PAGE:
875 Clinical Effectiveness Of Influenza Vaccine And Oral Immunomodulators In Chronic Dialysis Patients

Author(s): 
A Christopoulos 1, I Katsarou 2, C Frangidis 2, O Drakoulongona 2
1 General Clinic 'Evagelismos' Patras
2 General State Hospital Of Zakynthos,
General Clinic Evagelismos Patras and General State Hospital Of Zakynthos, Greece, Renal Units
Text: 
Most studies of vaccination responses to T-cell-in depended vaccines (tetanus, diphtheria toxoid, varicella), have indicated that antibody titres in uraemic patients are less than those achieved in the normal host and decline quickly. This is more evident for vaccines against T-cell-depended antigens, such as pneumococci and Haemophilus influenzae or hepatitis B virus.
AIM: To study the clinical effectiveness of influenza vaccine and oral immunomodulators in dialysis patients.
MATERIAL-METHOD:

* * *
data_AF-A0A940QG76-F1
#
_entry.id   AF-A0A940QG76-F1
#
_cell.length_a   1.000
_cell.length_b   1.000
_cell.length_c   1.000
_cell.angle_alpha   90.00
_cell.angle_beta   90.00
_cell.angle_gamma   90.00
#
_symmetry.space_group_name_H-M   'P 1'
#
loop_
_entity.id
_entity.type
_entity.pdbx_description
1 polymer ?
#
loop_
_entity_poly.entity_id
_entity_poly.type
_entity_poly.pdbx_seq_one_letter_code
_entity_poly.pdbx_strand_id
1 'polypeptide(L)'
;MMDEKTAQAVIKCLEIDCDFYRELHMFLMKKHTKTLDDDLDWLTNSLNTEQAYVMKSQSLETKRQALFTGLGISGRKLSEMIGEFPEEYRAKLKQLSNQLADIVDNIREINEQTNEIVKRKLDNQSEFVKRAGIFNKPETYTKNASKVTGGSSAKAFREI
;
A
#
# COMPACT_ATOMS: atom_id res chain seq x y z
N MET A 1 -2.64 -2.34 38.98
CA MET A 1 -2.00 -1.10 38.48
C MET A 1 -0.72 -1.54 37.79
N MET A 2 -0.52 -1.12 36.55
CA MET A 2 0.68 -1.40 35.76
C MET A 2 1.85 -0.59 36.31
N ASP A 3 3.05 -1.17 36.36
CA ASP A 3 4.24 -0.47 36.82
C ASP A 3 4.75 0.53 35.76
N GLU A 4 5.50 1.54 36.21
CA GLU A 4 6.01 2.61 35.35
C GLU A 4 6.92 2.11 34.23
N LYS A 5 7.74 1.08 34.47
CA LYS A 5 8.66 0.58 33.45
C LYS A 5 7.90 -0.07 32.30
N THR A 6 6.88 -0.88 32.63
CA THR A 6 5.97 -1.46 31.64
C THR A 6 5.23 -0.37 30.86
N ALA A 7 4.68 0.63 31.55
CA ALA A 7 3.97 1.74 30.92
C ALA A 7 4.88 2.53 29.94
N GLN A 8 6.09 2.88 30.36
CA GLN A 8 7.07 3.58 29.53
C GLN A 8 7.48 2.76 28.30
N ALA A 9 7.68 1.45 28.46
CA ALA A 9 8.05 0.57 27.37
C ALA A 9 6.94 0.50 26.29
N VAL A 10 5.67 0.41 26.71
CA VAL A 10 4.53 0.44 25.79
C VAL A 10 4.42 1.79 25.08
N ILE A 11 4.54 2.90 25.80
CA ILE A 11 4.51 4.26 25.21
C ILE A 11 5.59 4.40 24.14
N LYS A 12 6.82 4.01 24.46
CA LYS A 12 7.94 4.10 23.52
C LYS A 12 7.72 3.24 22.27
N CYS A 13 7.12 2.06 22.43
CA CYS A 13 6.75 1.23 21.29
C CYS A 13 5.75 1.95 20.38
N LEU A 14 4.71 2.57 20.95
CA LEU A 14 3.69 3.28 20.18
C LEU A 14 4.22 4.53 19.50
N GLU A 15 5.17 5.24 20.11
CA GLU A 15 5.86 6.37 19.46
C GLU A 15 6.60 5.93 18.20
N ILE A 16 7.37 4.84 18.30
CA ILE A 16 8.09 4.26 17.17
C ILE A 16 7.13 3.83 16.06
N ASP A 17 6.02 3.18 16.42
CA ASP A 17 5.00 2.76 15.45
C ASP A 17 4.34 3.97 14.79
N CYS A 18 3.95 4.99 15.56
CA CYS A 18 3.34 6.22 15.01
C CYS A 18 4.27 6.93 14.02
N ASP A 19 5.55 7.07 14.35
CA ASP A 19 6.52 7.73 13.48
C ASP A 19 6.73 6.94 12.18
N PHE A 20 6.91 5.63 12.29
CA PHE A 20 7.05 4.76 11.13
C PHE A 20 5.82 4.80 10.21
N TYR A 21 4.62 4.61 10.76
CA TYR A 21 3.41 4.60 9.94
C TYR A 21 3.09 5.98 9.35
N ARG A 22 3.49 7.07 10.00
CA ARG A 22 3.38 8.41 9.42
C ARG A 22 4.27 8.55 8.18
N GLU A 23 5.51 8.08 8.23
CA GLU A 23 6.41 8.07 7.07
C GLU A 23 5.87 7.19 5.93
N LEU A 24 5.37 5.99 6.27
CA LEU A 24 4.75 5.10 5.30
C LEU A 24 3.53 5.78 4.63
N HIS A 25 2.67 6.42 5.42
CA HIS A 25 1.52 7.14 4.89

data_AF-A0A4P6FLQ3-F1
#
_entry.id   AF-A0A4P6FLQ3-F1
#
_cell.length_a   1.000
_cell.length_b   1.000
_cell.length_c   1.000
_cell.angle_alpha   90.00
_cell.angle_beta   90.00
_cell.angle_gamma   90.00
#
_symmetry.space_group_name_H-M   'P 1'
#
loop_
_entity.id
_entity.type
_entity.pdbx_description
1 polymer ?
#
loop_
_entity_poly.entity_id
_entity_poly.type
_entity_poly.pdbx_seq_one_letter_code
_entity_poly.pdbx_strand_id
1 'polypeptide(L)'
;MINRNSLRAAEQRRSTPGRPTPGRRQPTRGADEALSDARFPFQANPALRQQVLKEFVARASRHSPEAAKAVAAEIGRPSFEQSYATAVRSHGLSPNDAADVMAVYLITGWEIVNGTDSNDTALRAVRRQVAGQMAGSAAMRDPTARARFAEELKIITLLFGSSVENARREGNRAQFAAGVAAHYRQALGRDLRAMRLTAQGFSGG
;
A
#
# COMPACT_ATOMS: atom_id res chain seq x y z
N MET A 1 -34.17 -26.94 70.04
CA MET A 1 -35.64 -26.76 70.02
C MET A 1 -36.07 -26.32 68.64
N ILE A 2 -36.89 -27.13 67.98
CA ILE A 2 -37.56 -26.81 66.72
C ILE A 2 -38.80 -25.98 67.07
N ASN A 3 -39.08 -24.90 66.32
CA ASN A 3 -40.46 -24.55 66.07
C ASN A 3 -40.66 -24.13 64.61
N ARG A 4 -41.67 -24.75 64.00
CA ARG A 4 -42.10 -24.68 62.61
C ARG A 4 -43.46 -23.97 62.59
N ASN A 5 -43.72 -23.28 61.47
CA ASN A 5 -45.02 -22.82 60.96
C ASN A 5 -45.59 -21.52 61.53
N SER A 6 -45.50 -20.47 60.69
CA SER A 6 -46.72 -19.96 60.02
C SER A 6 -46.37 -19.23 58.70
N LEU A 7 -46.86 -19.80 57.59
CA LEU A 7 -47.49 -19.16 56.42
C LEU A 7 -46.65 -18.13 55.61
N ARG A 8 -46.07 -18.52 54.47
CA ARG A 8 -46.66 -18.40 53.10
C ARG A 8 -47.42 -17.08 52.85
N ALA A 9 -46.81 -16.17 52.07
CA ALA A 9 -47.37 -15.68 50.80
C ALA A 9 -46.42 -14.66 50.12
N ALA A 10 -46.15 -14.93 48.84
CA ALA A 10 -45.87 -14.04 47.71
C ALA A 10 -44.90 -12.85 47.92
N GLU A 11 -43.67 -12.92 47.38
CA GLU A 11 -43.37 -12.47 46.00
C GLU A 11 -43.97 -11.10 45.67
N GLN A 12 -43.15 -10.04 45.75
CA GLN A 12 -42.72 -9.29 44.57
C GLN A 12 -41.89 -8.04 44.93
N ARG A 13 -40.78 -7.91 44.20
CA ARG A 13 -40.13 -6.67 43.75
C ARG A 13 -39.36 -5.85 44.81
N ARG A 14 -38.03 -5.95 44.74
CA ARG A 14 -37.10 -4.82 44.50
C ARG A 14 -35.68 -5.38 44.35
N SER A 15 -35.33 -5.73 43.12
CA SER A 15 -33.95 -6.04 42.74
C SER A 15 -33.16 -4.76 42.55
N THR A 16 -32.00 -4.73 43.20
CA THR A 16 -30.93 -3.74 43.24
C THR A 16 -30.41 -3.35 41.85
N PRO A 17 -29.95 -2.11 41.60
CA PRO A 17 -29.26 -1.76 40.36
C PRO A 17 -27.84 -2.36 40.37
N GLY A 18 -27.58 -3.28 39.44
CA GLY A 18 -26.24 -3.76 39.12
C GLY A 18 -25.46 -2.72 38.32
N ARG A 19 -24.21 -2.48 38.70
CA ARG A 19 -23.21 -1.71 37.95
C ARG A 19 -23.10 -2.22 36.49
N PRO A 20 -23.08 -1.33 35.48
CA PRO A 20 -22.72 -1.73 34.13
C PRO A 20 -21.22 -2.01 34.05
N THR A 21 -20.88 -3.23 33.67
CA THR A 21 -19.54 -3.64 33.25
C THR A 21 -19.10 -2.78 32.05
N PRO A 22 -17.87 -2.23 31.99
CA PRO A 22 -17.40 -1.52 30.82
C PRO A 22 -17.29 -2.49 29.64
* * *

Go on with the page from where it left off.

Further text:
We recorded all the respiratory tract infections (RTI) and their clinical course in 140 dialysis patients for a six-month period (October-March). Patients were divided in 3 groups. In group A (n= 55) was commenced influenza vaccine. In group B (n=64) were commenced influenza vaccine plus oral immunomodulator Broncho-vaxom (lyophilised bacterial lysate 7 mg/24h). In group C (n=21), were included patients with known allergy or those who denied vaccination and immunomodification.
RESULTS:
No differences were noted in the incidence and the clinical course of RTI between A and C groups (p>0,07). A significant decrease was noted in the incidence of RTI in group B (pCONCLUSION:
Previous studies, demonstrated that influenza vaccination in general population, was followed by a 38-96% decrease in the influenza-like RTI and pneumonias. Such a protection was not verified in our study. In contrast the oral immunomodulator Broncho-vaxom activating natural immunity protected our patients from a variety of viral and bacterial Respiratory tract infections.
Literature: 
875
CLINICAL EFFECTIVENESS OF INFLUENZA VACCINE AND ORAL IMMUNOMODULATORS IN CHRONIC DIALYSIS PATIENTS